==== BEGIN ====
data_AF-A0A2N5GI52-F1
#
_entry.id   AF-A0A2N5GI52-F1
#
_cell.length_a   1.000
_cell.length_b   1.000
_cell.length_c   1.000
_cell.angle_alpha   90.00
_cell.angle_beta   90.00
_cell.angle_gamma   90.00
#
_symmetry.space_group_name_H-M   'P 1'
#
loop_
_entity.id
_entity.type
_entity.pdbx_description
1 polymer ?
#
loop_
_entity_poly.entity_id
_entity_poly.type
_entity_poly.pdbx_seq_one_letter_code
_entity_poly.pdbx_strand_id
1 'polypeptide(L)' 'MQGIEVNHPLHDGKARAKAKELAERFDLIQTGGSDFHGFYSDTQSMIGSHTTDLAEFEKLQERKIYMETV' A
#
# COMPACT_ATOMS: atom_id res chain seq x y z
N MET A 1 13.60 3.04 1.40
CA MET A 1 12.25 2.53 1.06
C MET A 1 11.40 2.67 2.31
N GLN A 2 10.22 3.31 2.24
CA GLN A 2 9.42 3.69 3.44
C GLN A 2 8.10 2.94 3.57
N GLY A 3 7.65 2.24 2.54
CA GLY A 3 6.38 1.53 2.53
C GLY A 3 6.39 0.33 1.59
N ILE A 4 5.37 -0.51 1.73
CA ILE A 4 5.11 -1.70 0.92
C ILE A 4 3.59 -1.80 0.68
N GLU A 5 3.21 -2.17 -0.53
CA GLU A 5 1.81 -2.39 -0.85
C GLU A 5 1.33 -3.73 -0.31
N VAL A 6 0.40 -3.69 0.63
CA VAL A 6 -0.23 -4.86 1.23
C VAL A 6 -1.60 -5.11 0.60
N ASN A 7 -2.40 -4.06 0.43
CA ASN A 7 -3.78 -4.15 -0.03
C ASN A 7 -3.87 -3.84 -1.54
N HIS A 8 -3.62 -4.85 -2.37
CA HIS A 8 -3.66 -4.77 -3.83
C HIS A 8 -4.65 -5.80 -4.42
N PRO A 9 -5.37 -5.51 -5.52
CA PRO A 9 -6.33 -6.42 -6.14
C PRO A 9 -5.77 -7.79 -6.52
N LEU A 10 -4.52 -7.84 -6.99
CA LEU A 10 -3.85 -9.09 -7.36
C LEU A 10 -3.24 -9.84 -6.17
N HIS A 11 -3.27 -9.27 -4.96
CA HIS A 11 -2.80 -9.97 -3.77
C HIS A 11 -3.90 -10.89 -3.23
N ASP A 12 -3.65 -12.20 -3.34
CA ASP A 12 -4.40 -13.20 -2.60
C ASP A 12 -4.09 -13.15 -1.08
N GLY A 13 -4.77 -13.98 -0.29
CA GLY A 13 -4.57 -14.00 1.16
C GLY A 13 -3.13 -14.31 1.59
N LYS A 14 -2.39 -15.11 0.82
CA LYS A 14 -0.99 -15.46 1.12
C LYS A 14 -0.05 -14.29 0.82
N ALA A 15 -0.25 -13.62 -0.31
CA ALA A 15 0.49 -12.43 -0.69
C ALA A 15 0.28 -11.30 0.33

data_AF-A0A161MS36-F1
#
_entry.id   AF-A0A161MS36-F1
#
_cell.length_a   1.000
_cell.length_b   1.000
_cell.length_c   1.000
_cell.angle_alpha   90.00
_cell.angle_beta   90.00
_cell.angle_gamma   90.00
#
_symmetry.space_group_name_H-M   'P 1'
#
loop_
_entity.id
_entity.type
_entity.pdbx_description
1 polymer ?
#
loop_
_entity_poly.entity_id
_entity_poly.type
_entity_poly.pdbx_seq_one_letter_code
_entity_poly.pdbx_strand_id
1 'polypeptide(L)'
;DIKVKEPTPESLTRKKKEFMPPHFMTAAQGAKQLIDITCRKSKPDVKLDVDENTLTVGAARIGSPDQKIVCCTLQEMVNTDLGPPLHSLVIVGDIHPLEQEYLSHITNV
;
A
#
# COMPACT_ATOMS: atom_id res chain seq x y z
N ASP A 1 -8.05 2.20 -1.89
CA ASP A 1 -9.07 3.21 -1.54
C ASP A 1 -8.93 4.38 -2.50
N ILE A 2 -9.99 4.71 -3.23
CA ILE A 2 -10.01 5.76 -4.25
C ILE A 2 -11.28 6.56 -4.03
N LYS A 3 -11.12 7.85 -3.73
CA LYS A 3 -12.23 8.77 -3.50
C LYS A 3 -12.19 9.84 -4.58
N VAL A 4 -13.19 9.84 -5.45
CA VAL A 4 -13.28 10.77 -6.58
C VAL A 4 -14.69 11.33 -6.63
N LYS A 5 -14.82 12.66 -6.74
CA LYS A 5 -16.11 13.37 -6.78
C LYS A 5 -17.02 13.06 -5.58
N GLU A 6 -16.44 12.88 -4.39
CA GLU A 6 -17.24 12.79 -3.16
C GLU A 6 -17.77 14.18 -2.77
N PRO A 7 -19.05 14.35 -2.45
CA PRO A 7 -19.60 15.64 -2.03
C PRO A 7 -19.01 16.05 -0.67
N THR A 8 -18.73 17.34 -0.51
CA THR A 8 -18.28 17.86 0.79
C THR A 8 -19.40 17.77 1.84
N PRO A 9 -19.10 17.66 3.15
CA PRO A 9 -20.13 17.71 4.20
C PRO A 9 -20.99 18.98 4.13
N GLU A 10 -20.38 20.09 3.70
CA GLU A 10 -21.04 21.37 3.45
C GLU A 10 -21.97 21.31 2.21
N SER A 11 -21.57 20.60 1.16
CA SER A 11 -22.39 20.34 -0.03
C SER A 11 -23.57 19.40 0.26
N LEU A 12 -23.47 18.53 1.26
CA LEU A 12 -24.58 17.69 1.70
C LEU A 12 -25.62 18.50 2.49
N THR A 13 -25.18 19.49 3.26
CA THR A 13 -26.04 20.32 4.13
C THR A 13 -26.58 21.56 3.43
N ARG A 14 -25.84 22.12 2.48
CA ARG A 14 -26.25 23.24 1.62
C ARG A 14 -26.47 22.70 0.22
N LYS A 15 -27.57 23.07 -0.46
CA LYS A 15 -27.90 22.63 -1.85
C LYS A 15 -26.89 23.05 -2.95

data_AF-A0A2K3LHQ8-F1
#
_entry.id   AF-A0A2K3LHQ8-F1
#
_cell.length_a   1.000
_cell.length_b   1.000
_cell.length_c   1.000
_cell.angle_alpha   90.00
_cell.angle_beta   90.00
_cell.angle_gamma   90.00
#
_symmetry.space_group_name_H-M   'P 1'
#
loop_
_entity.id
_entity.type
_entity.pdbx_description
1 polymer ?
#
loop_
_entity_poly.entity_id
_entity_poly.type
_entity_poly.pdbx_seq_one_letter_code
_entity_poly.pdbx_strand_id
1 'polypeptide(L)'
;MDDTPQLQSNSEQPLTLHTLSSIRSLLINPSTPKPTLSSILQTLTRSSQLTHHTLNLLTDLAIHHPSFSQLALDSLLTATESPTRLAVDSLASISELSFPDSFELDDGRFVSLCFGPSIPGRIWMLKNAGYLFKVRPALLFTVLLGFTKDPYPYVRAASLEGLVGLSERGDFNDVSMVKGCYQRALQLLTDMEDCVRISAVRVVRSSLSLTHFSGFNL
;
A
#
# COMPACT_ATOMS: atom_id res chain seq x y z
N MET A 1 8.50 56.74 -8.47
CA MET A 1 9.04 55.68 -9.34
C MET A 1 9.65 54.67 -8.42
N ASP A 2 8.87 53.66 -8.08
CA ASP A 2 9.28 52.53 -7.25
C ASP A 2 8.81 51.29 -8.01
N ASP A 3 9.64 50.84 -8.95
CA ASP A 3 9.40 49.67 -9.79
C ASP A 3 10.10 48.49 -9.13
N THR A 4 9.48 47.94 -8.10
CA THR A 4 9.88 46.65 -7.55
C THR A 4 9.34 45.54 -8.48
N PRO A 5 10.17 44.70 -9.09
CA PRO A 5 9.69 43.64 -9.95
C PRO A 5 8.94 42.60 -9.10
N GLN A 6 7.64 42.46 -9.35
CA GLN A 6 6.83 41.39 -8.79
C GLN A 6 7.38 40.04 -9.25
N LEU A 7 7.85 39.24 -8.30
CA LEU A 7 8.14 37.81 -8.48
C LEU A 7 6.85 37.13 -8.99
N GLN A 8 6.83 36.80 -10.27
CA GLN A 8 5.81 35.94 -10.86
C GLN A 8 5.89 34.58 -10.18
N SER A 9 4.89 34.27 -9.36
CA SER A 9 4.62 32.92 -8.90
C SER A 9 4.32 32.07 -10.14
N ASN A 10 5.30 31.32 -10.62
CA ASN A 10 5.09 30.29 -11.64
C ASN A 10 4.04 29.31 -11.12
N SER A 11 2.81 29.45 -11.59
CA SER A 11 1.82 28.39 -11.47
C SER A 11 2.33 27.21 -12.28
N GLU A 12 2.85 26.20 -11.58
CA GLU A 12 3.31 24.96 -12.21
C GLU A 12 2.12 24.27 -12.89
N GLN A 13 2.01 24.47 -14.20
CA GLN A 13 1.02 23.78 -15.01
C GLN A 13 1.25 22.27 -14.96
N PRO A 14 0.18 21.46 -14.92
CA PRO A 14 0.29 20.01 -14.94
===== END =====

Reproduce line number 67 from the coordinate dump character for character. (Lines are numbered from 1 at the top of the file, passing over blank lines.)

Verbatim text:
N LYS A 14 -2.39 -15.11 0.82